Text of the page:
What would it take to fill in the details?
The important thing is for us all to read widely. But that requires publishers to commission more translations and publish more widely. Which, in turn, requires institutional support, a receptive culture and a market of adventurous readers.
I think literary magazines make great nests for this chicken-and-egg problem – by exposing, in small doses, underrepresented writers that book publishers haven’t bet on yet.
You recently published a volume of translations of poems by Ron Winkler. Where did you discover his work and what drew you to it?
I originally found Ron’s work through a poet he was translating, Jeffrey McDaniel, who was teaching creative writing at my college eleven years ago. It was a byproduct of the exchange that is translation.
I enjoy Ron’s work for the same reason that Ron and I were both drawn to Jeff’s. His sense of humor, his fast-and-loose way with words, allows him to pry language apart and show us something beneath or inside it, something in the landscape that we wouldn’t have known to look at.
Which contemporary German poets should be better known in English?
Frankly, all contemporary German poets are unknown in English. I doubt that many serious readers of poetry in the US, where I’m from, could name a single living German poet.
That’s a real shame and completely related to the same chicken-and-egg problem – compounded by scarce money and the medium’s tendency to celebrate voices close to home. English publishing has some great ambassadors for poetry in German and other languages, all small and independent: Burning Deck Press (until their recent retirement), Shearsman Books (which published my Winkler translations), No Man’s Land, Two Lines, Words Without Borders, Asymptote, and Modern Poetry in Translation, just to name a few I’ve encountered or worked with.
But for now, these efforts remain exceptions to the rule: the overwhelming majority of poems never make it through customs. (Of those poets who have, at least somewhat, here is a sampling worth reading: Uljana Wolf, Ann Cotten, Hannes Bajohr and, again, Friederike Mayröcker. Uncoincidentally, the first three have personal ties to the US and the fourth is a living legend.)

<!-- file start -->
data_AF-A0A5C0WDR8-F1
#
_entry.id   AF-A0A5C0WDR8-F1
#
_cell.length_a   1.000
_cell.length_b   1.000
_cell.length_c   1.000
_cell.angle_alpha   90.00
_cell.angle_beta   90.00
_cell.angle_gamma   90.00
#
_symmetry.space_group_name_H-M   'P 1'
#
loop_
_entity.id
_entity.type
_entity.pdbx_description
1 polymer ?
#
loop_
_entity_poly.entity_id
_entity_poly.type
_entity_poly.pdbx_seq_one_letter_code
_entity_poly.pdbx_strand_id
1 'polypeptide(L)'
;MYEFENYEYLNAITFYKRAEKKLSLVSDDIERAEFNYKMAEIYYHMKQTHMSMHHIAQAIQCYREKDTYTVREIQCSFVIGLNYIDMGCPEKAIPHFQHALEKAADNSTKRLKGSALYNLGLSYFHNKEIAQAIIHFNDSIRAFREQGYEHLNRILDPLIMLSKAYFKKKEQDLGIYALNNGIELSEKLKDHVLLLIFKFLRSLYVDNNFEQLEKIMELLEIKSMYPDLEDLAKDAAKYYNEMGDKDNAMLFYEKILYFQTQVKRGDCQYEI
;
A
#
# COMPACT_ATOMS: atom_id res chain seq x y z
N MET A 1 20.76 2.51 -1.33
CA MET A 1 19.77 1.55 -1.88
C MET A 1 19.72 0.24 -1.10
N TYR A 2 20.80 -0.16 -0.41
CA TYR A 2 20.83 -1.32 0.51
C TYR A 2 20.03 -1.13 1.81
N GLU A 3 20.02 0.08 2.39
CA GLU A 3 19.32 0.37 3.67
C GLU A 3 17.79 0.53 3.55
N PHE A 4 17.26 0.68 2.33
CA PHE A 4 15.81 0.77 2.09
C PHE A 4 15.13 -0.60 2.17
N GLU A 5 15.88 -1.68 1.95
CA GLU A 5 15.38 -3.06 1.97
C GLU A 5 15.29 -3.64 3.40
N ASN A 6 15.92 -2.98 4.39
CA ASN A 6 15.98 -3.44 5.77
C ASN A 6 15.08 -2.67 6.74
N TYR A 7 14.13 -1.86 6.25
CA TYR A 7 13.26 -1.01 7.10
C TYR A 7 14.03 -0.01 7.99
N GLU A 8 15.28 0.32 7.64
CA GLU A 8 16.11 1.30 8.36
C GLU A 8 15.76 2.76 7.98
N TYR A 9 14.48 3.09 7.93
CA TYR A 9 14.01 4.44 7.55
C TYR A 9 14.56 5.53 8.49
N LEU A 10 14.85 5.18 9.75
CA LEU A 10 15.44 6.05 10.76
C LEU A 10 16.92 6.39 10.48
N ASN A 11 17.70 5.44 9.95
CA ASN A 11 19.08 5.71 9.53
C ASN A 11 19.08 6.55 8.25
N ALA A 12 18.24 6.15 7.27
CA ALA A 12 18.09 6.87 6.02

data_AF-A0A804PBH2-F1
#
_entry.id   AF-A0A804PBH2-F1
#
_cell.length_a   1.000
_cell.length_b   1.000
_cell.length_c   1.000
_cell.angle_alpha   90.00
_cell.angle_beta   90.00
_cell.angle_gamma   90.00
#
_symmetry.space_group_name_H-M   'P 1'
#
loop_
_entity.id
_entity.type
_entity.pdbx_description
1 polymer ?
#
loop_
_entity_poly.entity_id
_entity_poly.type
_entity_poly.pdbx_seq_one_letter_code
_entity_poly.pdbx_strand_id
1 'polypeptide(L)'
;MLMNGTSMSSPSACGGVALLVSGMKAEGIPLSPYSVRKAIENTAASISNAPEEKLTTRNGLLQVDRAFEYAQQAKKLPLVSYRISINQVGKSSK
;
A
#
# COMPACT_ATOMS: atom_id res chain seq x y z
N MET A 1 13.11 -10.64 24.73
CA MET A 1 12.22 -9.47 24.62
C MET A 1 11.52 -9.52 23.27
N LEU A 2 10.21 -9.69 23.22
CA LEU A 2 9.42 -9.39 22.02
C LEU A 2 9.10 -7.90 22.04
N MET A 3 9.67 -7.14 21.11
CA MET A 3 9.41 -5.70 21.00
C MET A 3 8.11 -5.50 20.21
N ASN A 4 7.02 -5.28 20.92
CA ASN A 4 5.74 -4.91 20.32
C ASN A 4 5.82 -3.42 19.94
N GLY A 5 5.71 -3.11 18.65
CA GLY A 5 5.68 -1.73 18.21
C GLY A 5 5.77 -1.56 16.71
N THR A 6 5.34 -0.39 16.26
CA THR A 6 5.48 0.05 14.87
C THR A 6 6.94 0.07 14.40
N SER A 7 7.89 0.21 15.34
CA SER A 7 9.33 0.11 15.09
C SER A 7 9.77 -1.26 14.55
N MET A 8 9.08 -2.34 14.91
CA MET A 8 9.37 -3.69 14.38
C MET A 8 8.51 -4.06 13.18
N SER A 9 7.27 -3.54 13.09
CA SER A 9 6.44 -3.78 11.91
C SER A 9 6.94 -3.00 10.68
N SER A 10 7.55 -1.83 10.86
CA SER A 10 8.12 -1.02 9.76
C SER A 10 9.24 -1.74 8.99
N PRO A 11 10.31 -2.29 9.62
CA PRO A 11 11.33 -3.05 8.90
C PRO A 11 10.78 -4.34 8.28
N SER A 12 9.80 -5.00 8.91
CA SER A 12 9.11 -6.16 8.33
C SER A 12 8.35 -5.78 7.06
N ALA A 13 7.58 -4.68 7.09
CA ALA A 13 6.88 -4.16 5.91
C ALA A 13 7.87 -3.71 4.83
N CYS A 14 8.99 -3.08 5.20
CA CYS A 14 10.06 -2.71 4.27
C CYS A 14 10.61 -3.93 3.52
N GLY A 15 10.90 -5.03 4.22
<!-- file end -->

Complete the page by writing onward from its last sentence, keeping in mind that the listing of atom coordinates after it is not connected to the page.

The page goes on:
What about English-speaking poets who ought to be better known in German?
Thanks in part to translations into German like Ron’s own and to ongoing, high-visibility institutions like the poesiefestival, the Internationaler Literaturpreis and Literarisches Colloquium Berlin, the situation is better in the Germanosphere. German letters are more outward-looking, and I’m often astounded at the American poets that German poets have read. But this is also a product of a lopsided cultural hierarchy that extends as far as sci-fi paperbacks. And could be related to Germany’s generally scarred self-image.
One big blind spot, I suppose, is right in front of German readers’ noses. There are poets writing in English, Turkish, Vietnamese and other languages right here, but international festivals and fellowships in this country often prefer to invite visiting writers from their “home countries” – who then fly away afterwards.
That’s an issue Stadtsprachen, auslandSprachen and now Parataxe have set out to remedy. Which reminds me: we should all be reading our very own superstar English-language novelist Nell Zink, even if she does live in the boondocks of Brandenburg.